PRESS FOR THE SHIFT

The New York Times - Best Sellers, November 2015

INTERVIEWS

C-SPAN's After Words
September 30, 2015

NPR's Fresh Air with Terry Gross
September 28, 2015


The Leonard Lopate Show
September 28, 2015

 

Barnes & Noble Review
September 23, 2015

REVIEWS

Boston Globe
September 29, 2015

The Wall Street Journal
September 18, 2015

Pittsburgh Post-Gazette
September 22, 2015


The need for a pulse-ox device becomes extreme in the hospital when a patient who had been stable suddenly gasps for breath and begins to turn blue. A pulse-ox is a small piece of equipment that clamps onto a patient's finger and registers her oxygen level. Some cost a couple hundred dollars, but the cheapest retail for around $20. When I worked at a teaching hospital in the UPMC system in Pittsburgh, my hospital floor usually had two or three of these devices, and though we nurses begged for more, we were always told the money wasn't "there" in the budget, despite our hospital system's obvious wealth (operating revenues of $14 billion in the first nine months of 2018).


What I’m Reading| How We Fail the Dying
American Journal of Nursing, June, 2019

“Knockin’ on Heaven's Door” is a Bob Dylan song, but I prefer the cover by Guns N’ Roses, which adds a rock inflection to what is basically a song about dying: “That cold black cloud is comin’ down / Feels like I'm knockin’ on heaven's door.” It's an apt title for Katy Butler's book, which details her father's slow decline after a stroke, and the relatively quick decline of her mother afterward.


Opinion | Nurse: An abortion is not an execution, Mr. President
CNN, April 30, 2019

Talking about abortion in terms of ethical decision making may be troubling to abortion foes, but besides being a mother, I'm also a nurse who cares for patients at the end of their lives. For me, looking at arguments about abortion in the context of how best to care for dying patients can clarify the complexity of the ethical issues in abortion.


Opinion | How to Make Doctors Think About Death
New York Times, April 27, 2019

End-of-life treatment guidelines would help families, physicians and nurses confront the inevitable with care and compassion.


No Quick Fix for the Culture of Prescribing that Drives Medication Overload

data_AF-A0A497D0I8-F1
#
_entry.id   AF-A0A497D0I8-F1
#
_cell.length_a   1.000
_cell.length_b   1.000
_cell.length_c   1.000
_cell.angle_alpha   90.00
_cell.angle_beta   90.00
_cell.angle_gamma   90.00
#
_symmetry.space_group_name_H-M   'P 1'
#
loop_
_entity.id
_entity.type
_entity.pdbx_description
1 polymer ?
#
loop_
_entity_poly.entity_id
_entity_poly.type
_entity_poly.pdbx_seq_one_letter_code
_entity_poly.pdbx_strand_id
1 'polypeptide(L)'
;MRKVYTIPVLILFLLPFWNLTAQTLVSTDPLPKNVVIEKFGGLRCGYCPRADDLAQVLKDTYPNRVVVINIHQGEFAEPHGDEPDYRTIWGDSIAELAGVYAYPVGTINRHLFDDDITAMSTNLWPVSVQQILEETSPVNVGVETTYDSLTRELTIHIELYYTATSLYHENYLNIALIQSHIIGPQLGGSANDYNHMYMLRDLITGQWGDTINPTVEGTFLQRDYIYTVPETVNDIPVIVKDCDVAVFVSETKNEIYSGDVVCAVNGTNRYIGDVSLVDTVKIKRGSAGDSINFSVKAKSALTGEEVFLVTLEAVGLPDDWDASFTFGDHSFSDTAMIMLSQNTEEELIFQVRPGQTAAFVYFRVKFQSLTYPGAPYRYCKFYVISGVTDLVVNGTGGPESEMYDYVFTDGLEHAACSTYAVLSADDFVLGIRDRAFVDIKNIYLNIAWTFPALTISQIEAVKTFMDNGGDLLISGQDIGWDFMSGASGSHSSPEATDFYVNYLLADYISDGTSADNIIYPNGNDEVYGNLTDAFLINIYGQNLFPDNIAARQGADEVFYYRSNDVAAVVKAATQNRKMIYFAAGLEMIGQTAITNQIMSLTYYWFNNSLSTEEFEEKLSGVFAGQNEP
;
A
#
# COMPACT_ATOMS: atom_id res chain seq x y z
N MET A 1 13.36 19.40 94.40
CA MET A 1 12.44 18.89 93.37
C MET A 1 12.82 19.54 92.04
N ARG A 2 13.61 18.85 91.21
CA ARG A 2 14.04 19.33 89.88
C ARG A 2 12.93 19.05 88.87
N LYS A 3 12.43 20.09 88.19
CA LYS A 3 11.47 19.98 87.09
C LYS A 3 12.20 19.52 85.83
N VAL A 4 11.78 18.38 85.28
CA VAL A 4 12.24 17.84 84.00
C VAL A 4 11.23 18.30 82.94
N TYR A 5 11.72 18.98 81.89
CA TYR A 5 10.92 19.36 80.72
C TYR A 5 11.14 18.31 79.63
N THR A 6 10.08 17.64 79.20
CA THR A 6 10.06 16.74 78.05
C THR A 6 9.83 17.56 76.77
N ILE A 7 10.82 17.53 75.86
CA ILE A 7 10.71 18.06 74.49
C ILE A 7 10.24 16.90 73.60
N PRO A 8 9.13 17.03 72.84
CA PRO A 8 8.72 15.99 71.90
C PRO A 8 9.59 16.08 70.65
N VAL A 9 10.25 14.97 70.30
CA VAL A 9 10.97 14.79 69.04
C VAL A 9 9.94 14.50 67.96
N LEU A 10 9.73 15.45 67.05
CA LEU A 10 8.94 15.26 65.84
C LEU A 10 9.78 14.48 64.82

The Health Care Blog, April 25, 2019

In my mid-twenties, I was twice prescribed the common antihistamine Benadryl for allergies. However, my body’s reaction to the drug was anything but common. Instead of my hives fading, they erupted all over my body and my arms filled with extra fluid until they were almost twice normal size. I subsequently described my experience to a new allergist, who dismissed it as “coincidence.”


The Language of Kindness – An Immersive Experience
American Journal of Nursing, February 2019

As a child, Christie Watson could not decide what kind of career she wanted. Marine biology appealed to her, as she had “visions of wearing a swimsuit all day… and swimming with dolphins.” A teacher proposed law, telling her parents “[s]he can argue all day long.” After quitting school at 16, Watson took a job with an organization called Community Service Volunteers. A nurse there suggested she try nursing: “They give you a grant and somewhere to live.” To the surprise of Watson's family and Watson herself, nursing stuck, and I'm thankful it did.


Still Working: “Care Work”
WESA, Pittsburgh’s NPR Station, November 28, 2018

People at every stage of life depend on care from professionals. Jean Thompson Bird, a teacher at the Carnegie Mellon University Children’s School, introduces children to the wider world. Theresa Brown, a hospice nurse at Allegheny Health Network, works to keep people comfortable at the end of their lives. Rabbi Seth Adelson at Beth Shalom in Squirrel Hill cares for the more than 600 families in his congregation, many of whom are struggling in the wake of the Tree of Life shooting last month. And Kim Hardin, a therapist in McCandless, helps clients process trauma.